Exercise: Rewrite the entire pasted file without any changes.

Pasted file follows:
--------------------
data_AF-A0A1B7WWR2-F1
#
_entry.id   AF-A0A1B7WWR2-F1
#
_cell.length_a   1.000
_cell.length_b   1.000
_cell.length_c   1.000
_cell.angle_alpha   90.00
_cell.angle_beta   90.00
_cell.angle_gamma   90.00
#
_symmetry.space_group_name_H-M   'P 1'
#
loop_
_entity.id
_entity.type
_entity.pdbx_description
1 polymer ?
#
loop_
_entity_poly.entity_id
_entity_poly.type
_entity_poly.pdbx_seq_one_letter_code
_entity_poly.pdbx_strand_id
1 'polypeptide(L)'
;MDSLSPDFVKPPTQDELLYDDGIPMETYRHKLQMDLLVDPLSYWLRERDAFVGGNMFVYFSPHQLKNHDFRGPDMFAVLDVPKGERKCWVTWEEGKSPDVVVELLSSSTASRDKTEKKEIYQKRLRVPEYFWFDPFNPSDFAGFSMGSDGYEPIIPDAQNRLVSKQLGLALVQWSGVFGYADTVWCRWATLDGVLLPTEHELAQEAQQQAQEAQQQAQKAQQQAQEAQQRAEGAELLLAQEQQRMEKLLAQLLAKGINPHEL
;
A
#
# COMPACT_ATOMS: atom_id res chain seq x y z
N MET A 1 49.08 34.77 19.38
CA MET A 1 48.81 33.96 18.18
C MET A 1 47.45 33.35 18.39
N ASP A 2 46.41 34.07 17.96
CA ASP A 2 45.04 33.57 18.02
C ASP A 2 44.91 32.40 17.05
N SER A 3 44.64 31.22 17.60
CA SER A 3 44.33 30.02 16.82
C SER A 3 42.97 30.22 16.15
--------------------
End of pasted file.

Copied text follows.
data_AF-A0A1B7WWR2-F1
#
_entry.id   AF-A0A1B7WWR2-F1
#
_cell.length_a   1.000
_cell.length_b   1.000
_cell.length_c   1.000
_cell.angle_alpha   90.00
_cell.angle_beta   90.00
_cell.angle_gamma   90.00
#
_symmetry.space_group_name_H-M   'P 1'
#
loop_
_entity.id
_entity.type
_entity.pdbx_description
1 polymer ?
#
loop_
_entity_poly.entity_id
_entity_poly.type
_entity_poly.pdbx_seq_one_letter_code
_entity_poly.pdbx_strand_id
1 'polypeptide(L)'
;MDSLSPDFVKPPTQDELLYDDGIPMETYRHKLQMDLLVDPLSYWLRERDAFVGGNMFVYFSPHQLKNHDFRGPDMFAVLDVPKGERKCWVTWEEGKSPDVVVELLSSSTASRDKTEKKEIYQKRLRVPEYFWFDPFNPSDFAGFSMGSDGYEPIIPDAQNRLVSKQLGLALVQWSGVFGYADTVWCRWATLDGVLLPTEHELAQEAQQQAQEAQQQAQKAQQQAQEAQQRAEGAELLLAQEQQRMEKLLAQLLAKGINPHEL
;
A
#
# COMPACT_ATOMS: atom_id res chain seq x y z
N MET A 1 49.08 34.77 19.38
CA MET A 1 48.81 33.96 18.18
C MET A 1 47.45 33.35 18.39
N ASP A 2 46.41 34.07 17.96
CA ASP A 2 45.04 33.57 18.02
C ASP A 2 44.91 32.40 17.05
N SER A 3 44.64 31.22 17.60
CA SER A 3 44.33 30.02 16.82
C SER A 3 42.97 30.22 16.15